Herring Will Be Key to Clarks Hill BBT Victory

Sunday, April 29, 2018

Herring Will Be Key to Clarks Hill BBT Victory

By Pete Robbins

The bass spawn may be nearly over on Clarks Hill, but that doesn’t mean that the lake’s many big fish won’t be keyed in on reproduction of another sort leading up to the early May Big Bass Tour event. After a long winter and a short spring, this week promises lots of 80-degree warmth, and that should keep the prolific blueback herring moving into their own spawning phase, and the bass will be right behind them.

That’s the opinion of three-time Bassmaster Classic qualifier and Clarks Hill expert Marty Robinson. “Most of the bass are finishing up spawning,” he said. “Although with a full moon this weekend you could probably still catch a few off of a bed, the herring spawn is going to get going real strong. That’s what I’d focus on.”

Historically, the best areas to chase the bass gorging on the bluebacks are the long, flat points on the lower end of the lake. Those points will certainly be in play, but with the lake close to full pool, Robinson said that there’s “lots of flooded dog fennel, or what I call straw grass, just like at Hartwell. There were a lot of herring in the pockets last week and there should still be a lot next week.” Accordingly, that means almost the entire lake will be in play in terms of producing big fish. On Robinson’s many fun fishing trips on Clarks Hill he tends to focus on certain creeks and pockets because they’re near where he launches, which drives home the point that you needn’t run far to earn money in this event. The key is to stay focused on quality habitat rather than making a many-stop milk run.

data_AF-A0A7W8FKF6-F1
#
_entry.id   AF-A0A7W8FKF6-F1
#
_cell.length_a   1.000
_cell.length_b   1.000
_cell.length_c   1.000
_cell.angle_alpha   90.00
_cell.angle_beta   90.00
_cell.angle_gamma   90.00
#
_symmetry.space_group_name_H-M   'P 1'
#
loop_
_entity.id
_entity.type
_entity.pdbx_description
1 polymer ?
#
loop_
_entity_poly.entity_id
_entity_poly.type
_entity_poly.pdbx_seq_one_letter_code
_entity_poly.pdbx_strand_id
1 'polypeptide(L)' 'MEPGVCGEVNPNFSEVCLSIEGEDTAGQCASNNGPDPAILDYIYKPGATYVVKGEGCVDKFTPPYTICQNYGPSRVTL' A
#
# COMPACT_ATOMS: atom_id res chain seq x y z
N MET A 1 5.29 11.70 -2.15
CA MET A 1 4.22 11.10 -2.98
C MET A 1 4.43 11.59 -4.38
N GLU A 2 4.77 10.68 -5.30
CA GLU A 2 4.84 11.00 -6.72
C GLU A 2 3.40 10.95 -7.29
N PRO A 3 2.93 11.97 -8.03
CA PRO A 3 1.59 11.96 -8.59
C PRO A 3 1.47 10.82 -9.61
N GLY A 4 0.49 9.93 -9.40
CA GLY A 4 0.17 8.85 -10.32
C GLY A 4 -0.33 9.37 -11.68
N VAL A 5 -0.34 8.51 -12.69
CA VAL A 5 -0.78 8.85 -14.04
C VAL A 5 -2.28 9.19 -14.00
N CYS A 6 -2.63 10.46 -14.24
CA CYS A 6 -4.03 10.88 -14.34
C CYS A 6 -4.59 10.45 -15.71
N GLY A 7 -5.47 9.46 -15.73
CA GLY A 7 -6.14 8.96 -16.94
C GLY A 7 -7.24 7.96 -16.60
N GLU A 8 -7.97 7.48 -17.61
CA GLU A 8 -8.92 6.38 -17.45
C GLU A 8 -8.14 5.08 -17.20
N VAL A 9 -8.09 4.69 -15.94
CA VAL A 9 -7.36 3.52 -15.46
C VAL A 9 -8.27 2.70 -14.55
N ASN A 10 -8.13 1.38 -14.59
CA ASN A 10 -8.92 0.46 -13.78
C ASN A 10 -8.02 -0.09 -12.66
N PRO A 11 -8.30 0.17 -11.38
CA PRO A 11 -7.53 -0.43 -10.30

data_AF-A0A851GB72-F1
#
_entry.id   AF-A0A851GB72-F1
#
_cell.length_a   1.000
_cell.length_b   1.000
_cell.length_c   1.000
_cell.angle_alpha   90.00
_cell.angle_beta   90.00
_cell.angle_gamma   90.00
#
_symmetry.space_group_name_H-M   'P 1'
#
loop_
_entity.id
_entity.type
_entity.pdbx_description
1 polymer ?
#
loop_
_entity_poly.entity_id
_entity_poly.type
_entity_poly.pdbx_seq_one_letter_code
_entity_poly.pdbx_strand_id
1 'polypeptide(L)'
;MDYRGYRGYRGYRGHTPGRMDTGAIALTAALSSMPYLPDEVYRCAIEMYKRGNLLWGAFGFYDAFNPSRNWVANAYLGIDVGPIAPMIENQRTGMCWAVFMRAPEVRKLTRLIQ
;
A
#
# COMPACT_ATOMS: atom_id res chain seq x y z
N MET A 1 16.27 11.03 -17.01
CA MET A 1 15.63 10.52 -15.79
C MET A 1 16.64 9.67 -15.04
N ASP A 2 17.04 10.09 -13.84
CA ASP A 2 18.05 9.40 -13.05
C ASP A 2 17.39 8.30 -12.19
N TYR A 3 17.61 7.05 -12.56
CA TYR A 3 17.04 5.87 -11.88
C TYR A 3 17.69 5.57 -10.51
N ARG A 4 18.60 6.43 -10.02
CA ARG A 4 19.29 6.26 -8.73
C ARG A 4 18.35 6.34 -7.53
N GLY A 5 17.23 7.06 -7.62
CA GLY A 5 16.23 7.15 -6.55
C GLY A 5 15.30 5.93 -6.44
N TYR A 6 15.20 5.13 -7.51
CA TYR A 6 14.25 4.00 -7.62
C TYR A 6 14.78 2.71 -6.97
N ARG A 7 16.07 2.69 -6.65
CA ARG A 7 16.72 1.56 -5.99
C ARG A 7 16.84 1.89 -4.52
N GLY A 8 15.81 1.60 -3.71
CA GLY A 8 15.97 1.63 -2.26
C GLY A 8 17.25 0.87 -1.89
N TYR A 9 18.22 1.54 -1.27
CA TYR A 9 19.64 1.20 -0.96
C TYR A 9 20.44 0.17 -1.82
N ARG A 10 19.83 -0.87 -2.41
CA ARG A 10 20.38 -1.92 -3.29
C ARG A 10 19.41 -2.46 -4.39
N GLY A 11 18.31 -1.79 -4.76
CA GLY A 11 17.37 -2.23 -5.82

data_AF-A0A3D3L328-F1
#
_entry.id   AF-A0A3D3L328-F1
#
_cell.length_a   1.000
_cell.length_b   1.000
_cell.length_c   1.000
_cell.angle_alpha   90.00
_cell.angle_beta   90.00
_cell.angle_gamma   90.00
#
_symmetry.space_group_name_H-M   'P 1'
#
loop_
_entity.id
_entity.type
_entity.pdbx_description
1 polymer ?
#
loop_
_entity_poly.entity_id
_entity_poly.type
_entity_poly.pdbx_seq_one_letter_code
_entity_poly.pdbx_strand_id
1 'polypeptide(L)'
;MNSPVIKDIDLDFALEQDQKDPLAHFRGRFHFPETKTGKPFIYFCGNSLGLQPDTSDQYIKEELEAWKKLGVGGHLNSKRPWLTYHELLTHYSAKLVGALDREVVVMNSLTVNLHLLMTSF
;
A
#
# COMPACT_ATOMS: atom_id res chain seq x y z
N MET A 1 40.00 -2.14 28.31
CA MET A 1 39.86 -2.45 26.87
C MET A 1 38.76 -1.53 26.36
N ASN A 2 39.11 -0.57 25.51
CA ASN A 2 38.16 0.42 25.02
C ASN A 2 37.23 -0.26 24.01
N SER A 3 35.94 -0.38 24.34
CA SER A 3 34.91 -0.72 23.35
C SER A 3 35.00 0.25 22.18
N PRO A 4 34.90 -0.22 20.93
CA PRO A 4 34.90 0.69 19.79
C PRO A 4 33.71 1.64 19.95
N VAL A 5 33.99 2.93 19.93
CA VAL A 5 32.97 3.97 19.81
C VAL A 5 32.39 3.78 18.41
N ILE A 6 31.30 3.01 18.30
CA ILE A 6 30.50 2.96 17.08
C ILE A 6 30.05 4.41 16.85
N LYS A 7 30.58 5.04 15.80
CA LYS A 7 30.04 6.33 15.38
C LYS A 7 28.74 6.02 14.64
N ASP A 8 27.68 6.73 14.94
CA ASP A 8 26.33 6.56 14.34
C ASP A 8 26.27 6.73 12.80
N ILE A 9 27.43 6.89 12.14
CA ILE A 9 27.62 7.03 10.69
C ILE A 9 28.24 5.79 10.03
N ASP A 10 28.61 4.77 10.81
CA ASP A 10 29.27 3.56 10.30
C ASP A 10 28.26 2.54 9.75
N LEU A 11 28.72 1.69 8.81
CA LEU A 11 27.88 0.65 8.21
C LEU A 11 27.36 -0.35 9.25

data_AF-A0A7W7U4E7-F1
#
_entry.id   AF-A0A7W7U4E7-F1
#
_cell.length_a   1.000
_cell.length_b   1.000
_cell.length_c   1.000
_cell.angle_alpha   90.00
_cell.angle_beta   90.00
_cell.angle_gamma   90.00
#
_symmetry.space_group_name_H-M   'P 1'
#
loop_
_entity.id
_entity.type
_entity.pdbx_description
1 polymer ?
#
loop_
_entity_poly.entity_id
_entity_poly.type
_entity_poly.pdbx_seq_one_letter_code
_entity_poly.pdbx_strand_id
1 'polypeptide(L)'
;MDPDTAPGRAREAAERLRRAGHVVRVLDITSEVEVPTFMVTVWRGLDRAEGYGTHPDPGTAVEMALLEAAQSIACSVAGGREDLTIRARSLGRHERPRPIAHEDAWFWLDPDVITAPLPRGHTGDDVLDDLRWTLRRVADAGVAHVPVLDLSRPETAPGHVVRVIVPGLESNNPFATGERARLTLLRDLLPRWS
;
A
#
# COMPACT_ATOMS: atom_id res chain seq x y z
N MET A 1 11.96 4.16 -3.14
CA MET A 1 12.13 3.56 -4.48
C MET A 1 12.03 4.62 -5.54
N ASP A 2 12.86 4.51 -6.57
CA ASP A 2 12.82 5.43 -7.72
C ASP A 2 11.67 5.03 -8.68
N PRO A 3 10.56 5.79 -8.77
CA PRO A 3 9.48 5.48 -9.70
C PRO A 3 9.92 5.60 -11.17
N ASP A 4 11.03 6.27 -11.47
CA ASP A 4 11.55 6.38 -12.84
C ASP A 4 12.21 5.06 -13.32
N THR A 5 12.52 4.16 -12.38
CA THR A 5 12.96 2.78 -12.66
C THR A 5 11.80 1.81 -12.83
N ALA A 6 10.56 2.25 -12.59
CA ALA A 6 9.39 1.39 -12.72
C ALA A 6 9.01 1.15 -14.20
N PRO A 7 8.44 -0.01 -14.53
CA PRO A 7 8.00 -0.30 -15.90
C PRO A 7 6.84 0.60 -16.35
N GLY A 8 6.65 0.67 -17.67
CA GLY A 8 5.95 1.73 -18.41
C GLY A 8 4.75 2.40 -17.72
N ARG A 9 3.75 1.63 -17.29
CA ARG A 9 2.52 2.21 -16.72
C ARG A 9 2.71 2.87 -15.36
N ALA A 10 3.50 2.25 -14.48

Robinson’s top two recommended tools for catching big bass are Clarks Hill staples, and certainly not secrets: A big topwater pencil popper and an extra-bulky mop jig. Specifically, he’d use a Buckeye Lures Mop Jig, “the only one I throw. Just regular old brown round rubber, with a Zoom Super chunk for a trailer. Those big flappers contribute to a big profile.”

If those two lures aren’t in your wheelhouse, Robinson would encourage you to throw a buzzbait or a frog in the flooded cover. Those two baits allow an angler to cover water and trigger reaction strikes, but while moving fast may work, he’d recommend covering a limited area repeatedly. “Key on the areas where the bluebacks are,” he said. “Keep running those areas again and again even when they’re not chasing bait or blowing up on them.”

Of course, heavy boat pressure can put even heavily-feeding bass into a tentative mood. If anglers don’t get the number of bites they expect, or if they experience numerous short strikes, he’d recommend switching to a Luck E Strike jerkbait in the same places.

Historically, it has taken at least a 6-pounder to squeak into the Top Ten in a Big Bass Tour event on Clarks Hill. In 2015, top dog was an 8.10-pound monster, with six more over 7 pounds weighed and 6.88 claiming 10th place. In 2016, the top ten ranged from 6.25 pounds to 7.57 pounds, with three over 7 pounds hauled to the scales and released alive. Those two events were both in late March. Last year’s tournament winner was 7.18 pounds, and a 6.05 made it into the top 10. The high water, though, has kept tournament weights high later into the year in 2018. Robinson attended a high school tournament on Clarks Hill last week where an 8-plus was weighed in. Anglers should expect winning weights to be closer to those from 2015 than those of 2018, and they should monitor the hourly winners to avoid “wasting” a monster when it won’t claim top dog hourly status.

Even those who don’t manage to capture a 6-plus shouldn’t give up hope, though. Clarks Hill has historically produced an exceptionally wide range of hourly winners. In 2015, for example, a 1.13-pound line-burner earned an angler money, but during another hour it took 3.34 pounds to claim a prize. Once again, it is critical to monitor the live scoreboard to ensure maximum earning possibilities.